We’re not to afraid to admit that our love for Snapchat is, well, pretty obsessive. (Psst: If you want to follow us, our username is itshellogiggles.) It was already one of the most fun ways to communicate with your friends, but once they introduced filters — WHOA. Whole new world. Let it be said: Snapchat filters. Are. Amazing. There’s simply endless hilarity in seeing yourself as a cartoon dog or a rainbow-puking maniac.
But, maybe you’ve noticed something interesting: While there are a lot of happy-go-lucky filters, there are also quite a few that express sadness. A teary-eyed animation was available when Snapchat debuted its filters:
Just recently, Kim Kardashian sent a waterfall-tear-filled message to her brother Rob following his engagement to Blac Chyna:
And certainly, you’ve noticed the addition of sorrowful filters, some of which are actually kind of realistic. We’ve started to wonder why these filters are so popular and present. Our staff had a recent chat about it, and some we came to some really interesting conclusions:
Senior Editor Madison Vanderberg pointed out that some people tend to use Snapchat when they’re alone. “The only time I remember to use Snapchat is when I’m lonely or just wallowing around. Generally, if I’m out in the world enjoying my life I’m not bothered to stop and take a snap selfie. So, when I’m alone and bored, I’m like, ‘Hey, I’ll take a selfie,’ and that, on some subconscious level, might be kind of sad.”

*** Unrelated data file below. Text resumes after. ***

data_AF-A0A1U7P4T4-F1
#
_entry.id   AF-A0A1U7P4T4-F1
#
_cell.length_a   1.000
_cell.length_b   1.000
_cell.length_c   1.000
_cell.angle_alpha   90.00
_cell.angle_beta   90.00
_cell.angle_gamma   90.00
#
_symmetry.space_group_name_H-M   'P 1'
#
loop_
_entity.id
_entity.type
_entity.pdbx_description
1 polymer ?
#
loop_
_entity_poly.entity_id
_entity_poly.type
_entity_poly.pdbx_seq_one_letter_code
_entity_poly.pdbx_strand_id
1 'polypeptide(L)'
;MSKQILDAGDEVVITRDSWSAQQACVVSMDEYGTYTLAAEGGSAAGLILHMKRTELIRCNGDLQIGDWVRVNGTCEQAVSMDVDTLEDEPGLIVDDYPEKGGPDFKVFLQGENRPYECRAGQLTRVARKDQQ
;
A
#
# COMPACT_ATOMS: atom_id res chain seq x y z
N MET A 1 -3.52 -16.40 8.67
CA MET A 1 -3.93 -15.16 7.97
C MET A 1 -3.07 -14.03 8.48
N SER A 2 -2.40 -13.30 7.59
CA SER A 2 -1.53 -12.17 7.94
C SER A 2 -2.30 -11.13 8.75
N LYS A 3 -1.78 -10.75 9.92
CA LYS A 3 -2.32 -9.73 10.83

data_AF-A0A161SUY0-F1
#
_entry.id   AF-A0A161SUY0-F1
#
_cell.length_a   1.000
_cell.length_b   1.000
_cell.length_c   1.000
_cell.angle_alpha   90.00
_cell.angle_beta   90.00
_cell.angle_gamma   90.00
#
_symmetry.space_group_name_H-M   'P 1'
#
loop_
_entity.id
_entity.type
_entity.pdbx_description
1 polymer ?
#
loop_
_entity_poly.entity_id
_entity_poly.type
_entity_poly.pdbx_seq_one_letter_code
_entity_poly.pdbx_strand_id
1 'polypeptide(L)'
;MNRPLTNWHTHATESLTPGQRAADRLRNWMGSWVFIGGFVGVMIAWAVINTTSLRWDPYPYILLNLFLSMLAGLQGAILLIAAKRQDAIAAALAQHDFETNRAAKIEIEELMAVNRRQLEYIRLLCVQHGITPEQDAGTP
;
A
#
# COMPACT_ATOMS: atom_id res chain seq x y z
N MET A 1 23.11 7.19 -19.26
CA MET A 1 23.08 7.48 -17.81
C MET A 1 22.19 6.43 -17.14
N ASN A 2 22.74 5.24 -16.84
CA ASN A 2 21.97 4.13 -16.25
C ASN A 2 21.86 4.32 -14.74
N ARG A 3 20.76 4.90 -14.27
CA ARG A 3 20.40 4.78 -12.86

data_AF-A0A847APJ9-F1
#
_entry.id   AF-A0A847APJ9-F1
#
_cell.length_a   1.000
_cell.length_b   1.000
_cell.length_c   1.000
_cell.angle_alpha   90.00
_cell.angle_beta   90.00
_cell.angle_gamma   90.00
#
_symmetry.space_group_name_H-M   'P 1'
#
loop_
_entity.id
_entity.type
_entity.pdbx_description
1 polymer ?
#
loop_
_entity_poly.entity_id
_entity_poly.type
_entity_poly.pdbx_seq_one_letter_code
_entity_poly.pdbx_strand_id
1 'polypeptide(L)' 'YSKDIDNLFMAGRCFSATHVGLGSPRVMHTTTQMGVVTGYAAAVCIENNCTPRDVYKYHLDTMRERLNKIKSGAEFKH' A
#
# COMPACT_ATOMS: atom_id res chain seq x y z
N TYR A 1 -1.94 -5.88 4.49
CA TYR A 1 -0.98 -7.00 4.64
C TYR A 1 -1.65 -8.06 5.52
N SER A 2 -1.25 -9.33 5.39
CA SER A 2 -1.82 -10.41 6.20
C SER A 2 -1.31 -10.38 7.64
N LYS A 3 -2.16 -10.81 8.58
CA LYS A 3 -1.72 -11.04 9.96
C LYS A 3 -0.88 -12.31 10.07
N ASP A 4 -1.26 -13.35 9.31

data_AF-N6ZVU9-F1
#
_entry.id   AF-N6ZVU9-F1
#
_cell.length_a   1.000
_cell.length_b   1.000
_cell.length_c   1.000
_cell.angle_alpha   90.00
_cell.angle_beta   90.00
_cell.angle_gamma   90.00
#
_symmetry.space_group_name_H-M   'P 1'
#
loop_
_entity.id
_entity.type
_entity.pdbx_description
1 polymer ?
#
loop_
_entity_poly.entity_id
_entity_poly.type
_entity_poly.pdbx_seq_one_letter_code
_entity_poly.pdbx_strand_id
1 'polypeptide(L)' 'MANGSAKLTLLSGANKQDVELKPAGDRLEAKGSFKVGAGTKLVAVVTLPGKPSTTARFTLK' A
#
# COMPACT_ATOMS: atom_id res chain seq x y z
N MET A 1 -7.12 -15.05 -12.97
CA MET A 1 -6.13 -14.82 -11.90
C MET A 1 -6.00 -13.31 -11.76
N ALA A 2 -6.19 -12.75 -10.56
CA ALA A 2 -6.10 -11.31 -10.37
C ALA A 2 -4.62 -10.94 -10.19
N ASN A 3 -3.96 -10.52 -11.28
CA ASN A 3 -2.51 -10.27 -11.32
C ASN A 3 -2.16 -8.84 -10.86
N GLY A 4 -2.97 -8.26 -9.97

Assistant Editor Rosemary Donahue had a good point on how Snapchat might be trying to get people to express themselves more. “There are probably so many sad filters because Snapchat is trying to capitalize on the fact that people are becoming more vulnerable on the internet, but like, there’s not really a way to do that with a filter unless you literally put tears on it.”
As for me, (Leo, Executive Editor), sad filters actually make a lot of sense. When people are sad, they are tempted to share it with others. Which I don’t think is a bad thing — it’s actually really human.
Our Culture Editor, Elena Sheppard, pointed out that sad filters can sometimes allow people to express themselves without consequence: “I think because the filters are so overblown, it’s kind of like a weird defensive shield. Like, ‘I’m so sad and life is filled with pain but these tear drops are comically large so if you don’t respond the way I want you to, I can pretend this is a joke.'”
Sad-faced filters, it would seem, actually invite conversation, and can help us make light of bad days. Plus, there’s something about how the runny mascara one also makes you look oddly…perfect?